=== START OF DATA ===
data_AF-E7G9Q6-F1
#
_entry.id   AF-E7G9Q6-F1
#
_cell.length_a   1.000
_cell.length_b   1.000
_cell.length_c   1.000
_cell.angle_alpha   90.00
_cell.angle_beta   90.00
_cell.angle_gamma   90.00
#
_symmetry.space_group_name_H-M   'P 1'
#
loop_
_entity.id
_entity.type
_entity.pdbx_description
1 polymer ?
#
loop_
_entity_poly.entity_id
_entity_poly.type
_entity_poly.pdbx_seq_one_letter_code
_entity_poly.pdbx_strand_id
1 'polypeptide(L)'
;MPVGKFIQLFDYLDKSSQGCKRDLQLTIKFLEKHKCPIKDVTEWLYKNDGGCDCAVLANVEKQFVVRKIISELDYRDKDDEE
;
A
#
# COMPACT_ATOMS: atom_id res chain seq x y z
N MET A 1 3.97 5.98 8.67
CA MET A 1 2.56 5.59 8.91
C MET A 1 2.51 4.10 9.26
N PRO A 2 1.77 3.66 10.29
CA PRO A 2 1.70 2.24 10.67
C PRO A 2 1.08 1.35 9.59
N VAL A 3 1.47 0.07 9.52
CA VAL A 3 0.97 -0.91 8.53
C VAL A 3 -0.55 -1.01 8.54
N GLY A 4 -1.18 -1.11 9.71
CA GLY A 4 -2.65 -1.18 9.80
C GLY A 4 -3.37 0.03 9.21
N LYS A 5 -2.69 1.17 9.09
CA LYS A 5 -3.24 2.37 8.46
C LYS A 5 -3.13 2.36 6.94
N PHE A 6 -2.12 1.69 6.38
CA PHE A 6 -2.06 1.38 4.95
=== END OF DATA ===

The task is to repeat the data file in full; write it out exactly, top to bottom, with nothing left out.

data_AF-E7G9Q6-F1
#
_entry.id   AF-E7G9Q6-F1
#
_cell.length_a   1.000
_cell.length_b   1.000
_cell.length_c   1.000
_cell.angle_alpha   90.00
_cell.angle_beta   90.00
_cell.angle_gamma   90.00
#
_symmetry.space_group_name_H-M   'P 1'
#
loop_
_entity.id
_entity.type
_entity.pdbx_description
1 polymer ?
#
loop_
_entity_poly.entity_id
_entity_poly.type
_entity_poly.pdbx_seq_one_letter_code
_entity_poly.pdbx_strand_id
1 'polypeptide(L)'
;MPVGKFIQLFDYLDKSSQGCKRDLQLTIKFLEKHKCPIKDVTEWLYKNDGGCDCAVLANVEKQFVVRKIISELDYRDKDDEE
;
A
#
# COMPACT_ATOMS: atom_id res chain seq x y z
N MET A 1 3.97 5.98 8.67
CA MET A 1 2.56 5.59 8.91
C MET A 1 2.51 4.10 9.26
N PRO A 2 1.77 3.66 10.29
CA PRO A 2 1.70 2.24 10.67
C PRO A 2 1.08 1.35 9.59
N VAL A 3 1.47 0.07 9.52
CA VAL A 3 0.97 -0.91 8.53
C VAL A 3 -0.55 -1.01 8.54
N GLY A 4 -1.18 -1.11 9.71
CA GLY A 4 -2.65 -1.18 9.80
C GLY A 4 -3.37 0.03 9.21
N LYS A 5 -2.69 1.17 9.09
CA LYS A 5 -3.24 2.37 8.46
C LYS A 5 -3.13 2.36 6.94
N PHE A 6 -2.12 1.69 6.38
CA PHE A 6 -2.06 1.38 4.95